Harold McGee – The Science of How Smell Works on Modern Wisdom with Chris Williamson

Check out Episode Page and Show notes

Key Takeaways

  • Human smell receptors actually bind to smell molecules so, for a second, what you’re smelling is actually a part of you
  • Your sense of smell is dependent upon:
    • How close you are to whatever it is you’re smelling
    • How deeply you breathe in
    • How often you breathe in
  • Losing your sense of smell reduces the pleasure component of eating
  • The brain has 400 different receptors of smell– more than for taste
  • Studies of human physiology show that lavender has a relaxing effect and citrus has a stimulating effect
  • Human toddlers don’t seem to have adult revulsions to certain smells and researchers don’t know why
  • The more offensive your poop smells, the more it indicates you’re eating stuff that isn’t good for you
  • Smell is more episodic than vision – it’s easier to have experience attached to it

Intro

Harold James McGee (t:@Harold_McGee) is an author who writes about the chemistry and history of food science and cooking. 

Books

Nose Dive by Harold McGee – a field guide to the world’s smells

On Food and Cooking by Harold McGee

Smell 101

  • Smell is a perception generated in the human brain by inhaled molecules
  • The molecules react with receptors in the nose and the brain turns those reactions into perception based on prior experiences,
  • Human smell receptors bind to smell molecules, so for a second what you’re smelling actually becomes a part of you

Taste and Smell

  • The dominant aspect of flavor is smell which is enhanced by exhaled air as it passes from the mouth through the nose
  • Much of what is thought of as flavor in your mouth, is actually smell
  • Smell depends upon:
    • How close you are to what you’re smelling
    • How deeply you breathe in
    • How often you breathe in = sniffing

Losing Your Sense of Smell

  • A temporary side-effect of Covid is a loss of sense of smell
  • Losing your ability to smell reduces the pleasure component of eating – you can feel food in your mouth (texture) but can’t taste it
  • There are 400 different receptors of smell in the brain– more than taste receptors

Tech and Smell

  • Smell-a-vision was tried in the 1970s with scratch and sniff cards used at movie theaters
  • At Disney’s Wings-of-Flight ride in Disneyland, the aromas of grass and sea spray are piped into the room to enhance the sensual experience
  • Newer technology tried using digital coding to release molecules at certain viewing points, but so far hasn’t been effective – it’s difficult to get rid of smells once you’re done with them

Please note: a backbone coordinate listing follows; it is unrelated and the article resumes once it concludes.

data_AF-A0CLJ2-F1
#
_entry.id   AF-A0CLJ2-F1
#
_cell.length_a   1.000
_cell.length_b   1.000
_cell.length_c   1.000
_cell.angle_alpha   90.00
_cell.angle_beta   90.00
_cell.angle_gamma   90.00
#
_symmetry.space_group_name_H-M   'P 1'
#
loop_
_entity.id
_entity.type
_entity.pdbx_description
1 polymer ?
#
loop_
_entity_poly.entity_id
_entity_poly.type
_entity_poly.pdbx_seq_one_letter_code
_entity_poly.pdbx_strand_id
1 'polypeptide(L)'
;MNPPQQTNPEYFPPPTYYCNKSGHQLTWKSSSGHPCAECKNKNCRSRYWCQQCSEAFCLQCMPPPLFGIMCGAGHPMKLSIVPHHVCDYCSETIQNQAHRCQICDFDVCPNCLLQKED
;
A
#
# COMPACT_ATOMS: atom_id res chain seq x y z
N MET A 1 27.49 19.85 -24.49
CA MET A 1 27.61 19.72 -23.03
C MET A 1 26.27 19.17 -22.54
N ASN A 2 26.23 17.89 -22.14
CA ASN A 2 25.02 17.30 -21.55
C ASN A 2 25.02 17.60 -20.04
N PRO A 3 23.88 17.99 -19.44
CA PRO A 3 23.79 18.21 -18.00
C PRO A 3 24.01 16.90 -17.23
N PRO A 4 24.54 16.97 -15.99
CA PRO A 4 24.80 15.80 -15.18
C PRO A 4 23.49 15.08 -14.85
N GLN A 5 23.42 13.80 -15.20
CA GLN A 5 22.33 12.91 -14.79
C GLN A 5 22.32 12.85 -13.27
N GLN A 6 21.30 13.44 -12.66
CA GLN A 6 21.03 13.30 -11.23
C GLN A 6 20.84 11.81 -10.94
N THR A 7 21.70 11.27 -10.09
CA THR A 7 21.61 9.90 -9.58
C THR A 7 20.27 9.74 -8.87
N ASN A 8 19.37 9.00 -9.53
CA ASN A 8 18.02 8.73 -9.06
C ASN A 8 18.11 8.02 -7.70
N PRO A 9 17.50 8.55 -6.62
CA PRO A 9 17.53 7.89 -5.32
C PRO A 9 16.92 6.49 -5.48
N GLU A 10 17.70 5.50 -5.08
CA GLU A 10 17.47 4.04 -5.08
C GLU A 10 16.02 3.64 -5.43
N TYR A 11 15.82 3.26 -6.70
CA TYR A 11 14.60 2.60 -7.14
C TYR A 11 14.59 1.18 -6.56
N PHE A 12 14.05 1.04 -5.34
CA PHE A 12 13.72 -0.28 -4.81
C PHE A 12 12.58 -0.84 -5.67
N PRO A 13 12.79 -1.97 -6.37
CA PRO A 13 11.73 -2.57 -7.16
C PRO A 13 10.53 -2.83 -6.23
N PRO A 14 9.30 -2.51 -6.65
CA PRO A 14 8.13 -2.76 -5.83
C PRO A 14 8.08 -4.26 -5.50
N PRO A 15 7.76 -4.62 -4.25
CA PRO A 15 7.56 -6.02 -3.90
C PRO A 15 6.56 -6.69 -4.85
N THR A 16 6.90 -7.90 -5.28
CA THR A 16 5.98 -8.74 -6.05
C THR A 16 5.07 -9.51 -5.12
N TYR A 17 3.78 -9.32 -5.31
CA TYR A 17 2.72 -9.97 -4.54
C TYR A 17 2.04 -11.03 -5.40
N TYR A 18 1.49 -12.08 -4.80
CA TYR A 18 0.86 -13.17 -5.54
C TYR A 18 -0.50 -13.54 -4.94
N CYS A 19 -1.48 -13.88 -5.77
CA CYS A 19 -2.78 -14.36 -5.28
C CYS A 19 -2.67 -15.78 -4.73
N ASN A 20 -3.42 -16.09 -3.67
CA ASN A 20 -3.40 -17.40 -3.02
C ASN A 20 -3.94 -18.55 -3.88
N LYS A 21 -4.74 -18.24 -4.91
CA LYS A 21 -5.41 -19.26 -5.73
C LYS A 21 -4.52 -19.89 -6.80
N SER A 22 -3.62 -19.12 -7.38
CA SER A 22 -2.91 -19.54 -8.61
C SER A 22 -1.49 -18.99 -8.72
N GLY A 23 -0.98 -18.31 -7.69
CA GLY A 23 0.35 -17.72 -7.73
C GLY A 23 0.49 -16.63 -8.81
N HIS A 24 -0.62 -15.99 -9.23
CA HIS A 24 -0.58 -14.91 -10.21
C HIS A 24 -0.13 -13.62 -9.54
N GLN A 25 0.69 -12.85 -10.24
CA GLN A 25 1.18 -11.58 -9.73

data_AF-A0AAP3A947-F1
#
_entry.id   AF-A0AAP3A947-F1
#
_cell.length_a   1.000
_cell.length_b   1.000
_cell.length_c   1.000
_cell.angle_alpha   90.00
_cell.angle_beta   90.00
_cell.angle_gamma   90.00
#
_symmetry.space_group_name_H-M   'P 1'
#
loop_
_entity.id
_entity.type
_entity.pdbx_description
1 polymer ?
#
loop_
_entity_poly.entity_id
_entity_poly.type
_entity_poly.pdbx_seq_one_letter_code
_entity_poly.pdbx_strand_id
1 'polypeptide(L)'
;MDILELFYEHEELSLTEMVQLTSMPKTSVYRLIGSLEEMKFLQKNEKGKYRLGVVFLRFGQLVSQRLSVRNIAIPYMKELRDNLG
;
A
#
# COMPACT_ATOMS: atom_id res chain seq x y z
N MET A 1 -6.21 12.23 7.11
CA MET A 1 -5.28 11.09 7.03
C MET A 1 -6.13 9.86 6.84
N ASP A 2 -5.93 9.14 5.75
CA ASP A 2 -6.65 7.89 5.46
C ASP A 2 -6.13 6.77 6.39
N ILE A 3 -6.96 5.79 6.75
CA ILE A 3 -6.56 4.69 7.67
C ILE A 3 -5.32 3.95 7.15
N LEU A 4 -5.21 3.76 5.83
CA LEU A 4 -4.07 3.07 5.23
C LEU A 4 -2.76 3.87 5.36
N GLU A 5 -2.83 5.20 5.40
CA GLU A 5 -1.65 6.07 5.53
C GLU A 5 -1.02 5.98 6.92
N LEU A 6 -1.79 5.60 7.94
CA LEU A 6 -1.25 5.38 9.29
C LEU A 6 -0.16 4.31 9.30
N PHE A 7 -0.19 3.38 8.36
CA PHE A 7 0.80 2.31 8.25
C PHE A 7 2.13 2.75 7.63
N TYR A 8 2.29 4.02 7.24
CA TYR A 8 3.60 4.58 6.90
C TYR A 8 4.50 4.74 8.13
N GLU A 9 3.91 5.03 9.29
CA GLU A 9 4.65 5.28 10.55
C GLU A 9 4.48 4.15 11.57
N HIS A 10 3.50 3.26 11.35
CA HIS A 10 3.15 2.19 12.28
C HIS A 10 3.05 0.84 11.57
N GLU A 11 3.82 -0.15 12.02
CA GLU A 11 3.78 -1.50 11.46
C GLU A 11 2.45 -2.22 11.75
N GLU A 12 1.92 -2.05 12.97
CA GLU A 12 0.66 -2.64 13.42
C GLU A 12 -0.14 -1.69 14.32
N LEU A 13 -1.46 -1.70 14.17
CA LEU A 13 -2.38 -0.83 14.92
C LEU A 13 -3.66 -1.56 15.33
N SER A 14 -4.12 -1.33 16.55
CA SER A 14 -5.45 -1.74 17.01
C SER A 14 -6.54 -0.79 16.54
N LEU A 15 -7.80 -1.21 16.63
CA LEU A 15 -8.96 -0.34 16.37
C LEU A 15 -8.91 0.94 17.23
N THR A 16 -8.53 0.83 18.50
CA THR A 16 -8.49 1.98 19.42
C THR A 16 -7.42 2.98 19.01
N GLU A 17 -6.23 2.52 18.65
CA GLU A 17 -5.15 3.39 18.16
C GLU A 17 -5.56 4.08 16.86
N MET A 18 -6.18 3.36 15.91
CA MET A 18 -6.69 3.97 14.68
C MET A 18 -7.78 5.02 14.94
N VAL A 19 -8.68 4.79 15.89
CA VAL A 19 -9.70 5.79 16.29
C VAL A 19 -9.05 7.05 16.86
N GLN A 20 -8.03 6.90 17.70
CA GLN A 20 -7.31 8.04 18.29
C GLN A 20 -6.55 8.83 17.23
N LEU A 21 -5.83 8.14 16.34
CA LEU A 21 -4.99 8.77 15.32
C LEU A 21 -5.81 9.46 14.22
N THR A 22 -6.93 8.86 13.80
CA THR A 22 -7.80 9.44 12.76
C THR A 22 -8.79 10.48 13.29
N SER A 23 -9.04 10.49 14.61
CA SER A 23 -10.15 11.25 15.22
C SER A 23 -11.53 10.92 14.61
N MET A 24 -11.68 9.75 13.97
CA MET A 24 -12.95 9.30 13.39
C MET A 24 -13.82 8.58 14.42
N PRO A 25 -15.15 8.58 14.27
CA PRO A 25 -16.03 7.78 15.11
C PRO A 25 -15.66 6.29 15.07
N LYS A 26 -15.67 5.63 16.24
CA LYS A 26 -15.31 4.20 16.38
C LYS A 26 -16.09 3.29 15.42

Human Physiology and Smells

  • Human physiology can be affected through smells
  • “Studies have shown that particular smells can have a physiological effect on humans and is culture-dependent.” – Harold McGee
  • Generally, lavender has a relaxing effect and citrus has a stimulating effect
  • Why? These smells are less individual molecules and more a “bouquet of different smells”

Smell and Evolution

  • One of the earliest senses developed by evolving man was smell
  • The sense of smell was important for the survival of animals and early man to both find food and to avoid danger
  • However, human toddlers are neutral – they don’t seem to have adult revulsions to certain smells and researchers don’t know why
  • Pre-historic history suggests the planet had a strong Sulphur smell (volcanoes and hot springs) until photosynthesis began and introduced oxygen

Emotional Attachments to Smell

  • The sense of smell goes much deeper into the parts of the brain that make impressions on us than other senses
  • Your vision is on all the time, with a smell you can’t ignore it or tune it out
  • Smell is more episodic than vision – it’s easier to have experience attached to it

Unique smells

  • Certain incense woods are intoxicating with rich and layered aromas
    • e.g., Agarwood also known as oud
  • The agar scent is produced by a Southeast Asian tree infected by fungus – the resin produced by the tree to defend itself produces the scent
  • Ambergris comes from the lower digestive tract from sperm whalse and is popular with perfumeries for its flowery scent
  • The smell of fresh soil is from a molecule generated in the soil called geosmin
  • The scent of rain on stones is  the liberation from the surface of all things living there

Why Excrement Smells

  • Excrement Smells because of your microbiome – the closer your poop smells like newborn poop the healthier your microbiome is
  • The more offensive or sulphury your poop smells, the more it indicates you’re eating stuff that isn’t good for you
  • Some animals, like gorillas, eat their own excrement but not before smelling it first

The Smell of Plants

  • Flower and plant smells are synthesized by the plant itself – they aromatically pleasing because it’s not the smell of decay
  • Animal scents are essentially the smell of the breakdown of tissues and microbes
  • Plants’ smells are meant to ward off predators and repel animals

A Dog’s Nose vs. the Human Nose

  • Dogs have almost the same basic set of receptors as humans do
  • Dog advantage – their noses are closer to the ground
  • Human advantage – humans have much more processing power to make sense of what they’re smelling
  • Dogs smell with short repeated intakes (sniffs) of molecules
  • When humans sniff it piques the brain’s attention
Modern Wisdom : , , , , , ,
Notes By EWerbitsky

More Notes on these topics

Top Insights and Tactics From

31 Best Podcasts of All Time

FREE when you join over 12,000 subscribers to the
Podcast Notes newsletter

No Thanks